Tuesday, 8 September 2015


Street view
Shelton is a pretty rural hamlet with just over 100 residents but it has a slightly different feel to other attractive villages we have visited. This one doesn't feel like a commuter village. On the way in we passed golden fields of newly cut wheat, in the centre there was a green expanse of parkland and further down the main road were more fields for livestock. It was certainly verdant!  The countryside doesn't surround it ... it forms part of it.  

Street view
 Memorials inside the Norman Church of St Mary record the lives of some Shelton residents like  .... 

William Warburton who was a Royalist Cavalier buried here in 1669.  His Coat of Arms are carved in stone on a pillar inside the church. The ancestral seat of the Warburton family is in Arley, Chester but in 1579 Ann Warburton (daughter of Sir John and Dame Mary Warburton) married Robert Markham of Cottham.  Shelton Manor was part of the marriage settlement.  Ann died in 1601.

William Warburton was a staunch Royalist defending Chester during the Civil War - he was mentioned in dispatches for his bravery - but records show he settled in Shelton Manor after the Restoration.  He was a lawyer in Newark and in later life became the Coroner for Nottinghamshire. William's grandson attended the Magnus School in Newark and grew up to be the Bishop of Gloucester.
William Warburton's Coat of Arms
On a cold and wet March morning in 2004 Ashfield Metal Detecting Club began to work the fields around Shelton.  One of the group was eighty year old Norman Daynes.  After three cold and disappointing hours Norman decided to call it a day and set off back to the car.  Luckily he didn't switch his metal detector off.  A slight ping drew his attention to a scrubby area and it was there, just three inches  under the weeds, that Norman discovered a double ended silver seal. Once washed it was clear the seal had a Coat of Arms and the moto "IE VOILE DROIT AVOIR" (I will have justice) indicating it had been the property of the Warburton family.  This would have been a very important item in the 1600s ... used to seal letters and authenticate wills with the stamped wax.  The mystery remains as to how it got into a field but it has now ended up in the Civil War Centre in Newark.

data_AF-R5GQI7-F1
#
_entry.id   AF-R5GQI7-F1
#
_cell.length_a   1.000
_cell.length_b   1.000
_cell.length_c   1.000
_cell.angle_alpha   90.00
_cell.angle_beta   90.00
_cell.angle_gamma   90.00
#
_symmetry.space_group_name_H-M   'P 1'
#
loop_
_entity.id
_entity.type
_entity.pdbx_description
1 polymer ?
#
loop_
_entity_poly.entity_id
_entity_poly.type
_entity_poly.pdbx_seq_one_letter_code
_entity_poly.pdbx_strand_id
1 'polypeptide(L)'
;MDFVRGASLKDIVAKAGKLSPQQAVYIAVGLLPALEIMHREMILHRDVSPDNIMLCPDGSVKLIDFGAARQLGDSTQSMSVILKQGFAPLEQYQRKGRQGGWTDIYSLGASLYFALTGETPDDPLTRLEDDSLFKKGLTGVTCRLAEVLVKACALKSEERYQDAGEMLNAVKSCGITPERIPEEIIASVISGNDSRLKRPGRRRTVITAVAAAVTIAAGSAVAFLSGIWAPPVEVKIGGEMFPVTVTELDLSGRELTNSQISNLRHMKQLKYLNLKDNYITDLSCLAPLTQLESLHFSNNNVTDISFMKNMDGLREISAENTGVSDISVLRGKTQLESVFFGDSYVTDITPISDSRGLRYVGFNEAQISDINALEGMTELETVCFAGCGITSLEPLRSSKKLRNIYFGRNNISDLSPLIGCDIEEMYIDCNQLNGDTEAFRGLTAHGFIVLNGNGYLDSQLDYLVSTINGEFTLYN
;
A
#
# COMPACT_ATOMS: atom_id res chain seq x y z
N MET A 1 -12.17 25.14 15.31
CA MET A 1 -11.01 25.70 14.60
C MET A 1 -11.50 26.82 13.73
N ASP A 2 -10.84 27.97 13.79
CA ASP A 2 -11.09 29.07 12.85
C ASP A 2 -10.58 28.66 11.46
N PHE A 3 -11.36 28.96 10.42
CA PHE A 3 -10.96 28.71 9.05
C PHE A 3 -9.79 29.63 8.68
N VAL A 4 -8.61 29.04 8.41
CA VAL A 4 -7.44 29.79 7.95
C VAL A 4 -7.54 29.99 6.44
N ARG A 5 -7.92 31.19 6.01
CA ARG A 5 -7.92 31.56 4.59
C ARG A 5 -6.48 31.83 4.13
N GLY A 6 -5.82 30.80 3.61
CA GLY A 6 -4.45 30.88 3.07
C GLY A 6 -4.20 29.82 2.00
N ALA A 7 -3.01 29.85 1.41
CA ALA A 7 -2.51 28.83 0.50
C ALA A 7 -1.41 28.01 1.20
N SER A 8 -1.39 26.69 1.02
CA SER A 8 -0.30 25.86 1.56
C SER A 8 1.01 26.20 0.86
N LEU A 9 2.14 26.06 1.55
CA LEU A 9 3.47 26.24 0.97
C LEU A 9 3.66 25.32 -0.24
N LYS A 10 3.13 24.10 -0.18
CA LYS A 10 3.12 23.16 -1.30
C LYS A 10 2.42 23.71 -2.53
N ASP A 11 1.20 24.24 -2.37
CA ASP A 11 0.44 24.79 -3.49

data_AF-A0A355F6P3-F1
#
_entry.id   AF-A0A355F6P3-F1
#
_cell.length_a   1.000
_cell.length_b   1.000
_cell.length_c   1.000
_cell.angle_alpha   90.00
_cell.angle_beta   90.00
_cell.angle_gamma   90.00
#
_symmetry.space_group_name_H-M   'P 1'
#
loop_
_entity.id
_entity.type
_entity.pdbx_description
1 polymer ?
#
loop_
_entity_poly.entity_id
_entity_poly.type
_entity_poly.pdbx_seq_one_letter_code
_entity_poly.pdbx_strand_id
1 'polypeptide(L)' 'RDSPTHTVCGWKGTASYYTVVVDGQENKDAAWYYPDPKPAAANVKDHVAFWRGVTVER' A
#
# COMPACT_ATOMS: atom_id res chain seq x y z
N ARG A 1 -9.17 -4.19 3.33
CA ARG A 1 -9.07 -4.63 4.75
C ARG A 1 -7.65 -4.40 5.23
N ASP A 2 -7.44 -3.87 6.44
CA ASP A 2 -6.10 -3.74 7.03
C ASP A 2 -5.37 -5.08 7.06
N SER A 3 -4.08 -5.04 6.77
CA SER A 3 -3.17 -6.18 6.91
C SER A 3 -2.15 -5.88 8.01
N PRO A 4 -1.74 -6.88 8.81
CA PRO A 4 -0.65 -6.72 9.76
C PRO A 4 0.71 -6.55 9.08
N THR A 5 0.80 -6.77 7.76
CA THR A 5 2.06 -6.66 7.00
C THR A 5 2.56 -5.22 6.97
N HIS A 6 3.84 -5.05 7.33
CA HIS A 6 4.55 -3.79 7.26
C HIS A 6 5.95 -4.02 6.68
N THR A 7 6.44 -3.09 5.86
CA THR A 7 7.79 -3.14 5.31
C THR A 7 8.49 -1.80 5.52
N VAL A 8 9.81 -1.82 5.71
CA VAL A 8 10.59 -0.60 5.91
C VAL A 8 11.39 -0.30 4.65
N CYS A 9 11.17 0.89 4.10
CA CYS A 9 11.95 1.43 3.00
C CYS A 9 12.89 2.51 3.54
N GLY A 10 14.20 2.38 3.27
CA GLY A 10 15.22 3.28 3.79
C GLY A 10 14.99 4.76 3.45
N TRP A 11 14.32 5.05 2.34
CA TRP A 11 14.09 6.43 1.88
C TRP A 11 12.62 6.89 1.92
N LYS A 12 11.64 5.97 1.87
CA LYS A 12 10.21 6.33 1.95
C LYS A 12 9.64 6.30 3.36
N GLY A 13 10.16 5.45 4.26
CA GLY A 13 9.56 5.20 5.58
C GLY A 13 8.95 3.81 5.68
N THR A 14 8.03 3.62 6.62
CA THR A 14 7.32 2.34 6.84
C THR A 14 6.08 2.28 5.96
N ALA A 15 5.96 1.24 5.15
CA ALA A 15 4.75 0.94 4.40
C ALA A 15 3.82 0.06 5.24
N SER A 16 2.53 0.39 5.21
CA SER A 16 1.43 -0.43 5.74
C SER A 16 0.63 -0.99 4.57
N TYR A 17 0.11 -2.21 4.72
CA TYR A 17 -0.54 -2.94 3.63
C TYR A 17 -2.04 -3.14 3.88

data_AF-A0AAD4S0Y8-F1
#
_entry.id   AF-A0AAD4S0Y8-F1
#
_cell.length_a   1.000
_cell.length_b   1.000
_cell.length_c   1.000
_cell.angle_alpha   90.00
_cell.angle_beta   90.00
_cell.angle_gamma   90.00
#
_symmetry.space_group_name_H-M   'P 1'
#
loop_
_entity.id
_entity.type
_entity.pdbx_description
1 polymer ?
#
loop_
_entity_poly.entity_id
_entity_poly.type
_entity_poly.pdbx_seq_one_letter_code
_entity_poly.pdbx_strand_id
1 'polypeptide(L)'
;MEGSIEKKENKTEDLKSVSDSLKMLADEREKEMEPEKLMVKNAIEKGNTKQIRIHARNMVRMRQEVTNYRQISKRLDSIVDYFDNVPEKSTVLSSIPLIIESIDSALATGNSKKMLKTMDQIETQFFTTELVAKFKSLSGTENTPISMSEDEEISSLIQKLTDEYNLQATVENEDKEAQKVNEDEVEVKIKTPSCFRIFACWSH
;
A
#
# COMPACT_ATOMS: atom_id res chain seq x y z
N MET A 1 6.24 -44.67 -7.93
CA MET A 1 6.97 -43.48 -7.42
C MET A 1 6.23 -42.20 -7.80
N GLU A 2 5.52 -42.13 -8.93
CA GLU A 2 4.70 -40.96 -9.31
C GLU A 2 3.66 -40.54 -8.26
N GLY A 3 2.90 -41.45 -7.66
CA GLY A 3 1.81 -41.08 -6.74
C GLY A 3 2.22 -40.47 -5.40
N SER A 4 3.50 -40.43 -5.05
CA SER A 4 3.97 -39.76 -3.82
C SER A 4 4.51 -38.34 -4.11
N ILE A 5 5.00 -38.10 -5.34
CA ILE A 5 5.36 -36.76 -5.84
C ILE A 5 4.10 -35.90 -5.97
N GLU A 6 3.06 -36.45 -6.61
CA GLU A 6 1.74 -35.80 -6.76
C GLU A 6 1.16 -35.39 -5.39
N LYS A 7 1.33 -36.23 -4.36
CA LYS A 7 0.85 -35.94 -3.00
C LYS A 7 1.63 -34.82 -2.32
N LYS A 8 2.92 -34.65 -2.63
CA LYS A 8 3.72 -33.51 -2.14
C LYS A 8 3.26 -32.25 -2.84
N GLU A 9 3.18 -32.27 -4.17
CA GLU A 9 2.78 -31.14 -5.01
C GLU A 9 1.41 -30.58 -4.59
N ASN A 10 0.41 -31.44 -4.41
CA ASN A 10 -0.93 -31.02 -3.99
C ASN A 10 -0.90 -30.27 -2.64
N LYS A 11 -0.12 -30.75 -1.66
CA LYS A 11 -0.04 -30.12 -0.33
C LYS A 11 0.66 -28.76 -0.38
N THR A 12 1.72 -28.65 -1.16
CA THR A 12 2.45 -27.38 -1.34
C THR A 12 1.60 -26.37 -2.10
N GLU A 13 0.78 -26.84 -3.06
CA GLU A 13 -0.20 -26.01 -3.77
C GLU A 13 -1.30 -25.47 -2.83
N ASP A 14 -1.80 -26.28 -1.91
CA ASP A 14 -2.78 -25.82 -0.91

St Mary's Church, Shelton
There are two decorative stones inside the church.  I thought they were pieces of a carved Saxon cross but I was wrong.  They are very old coffin lids discovered, dug up and salvaged when work was being carried out on the building.

Headstone of Francis Vere Wright.

Other residents remembered inside the church are members of the Wright family of Shelton Hall: 

Colonel Francis Vere Wright JP (and Knight Officer of the Crown of Italy) served with the 4th North Staffordshire Regiment and with the 52nd Regiment of the Royal Italian Army.  In 1860 he lost two fingers from his left hand during active service. He was 25 years old at the time.  In 1889 he wrote, "The Broadsword: As Taught by the Celebrated Italian Masters, Signors Masiello and Ciullini, of Florence" a book that can still be purchased today because scholars consider it to be "culturally important, and is part of the knowledge base of civilization as we know it." This beautiful carved sword on his headstone is obviously fitting.

His relative Walter Banks Wright died from heat apoplexy in Benares, India in July 1894.  He served with the 5th Northumberland Fusiliers but in his Cheltenham school days he was the Public School Boxing Champion in 1885

Glass signed by Lydia Wright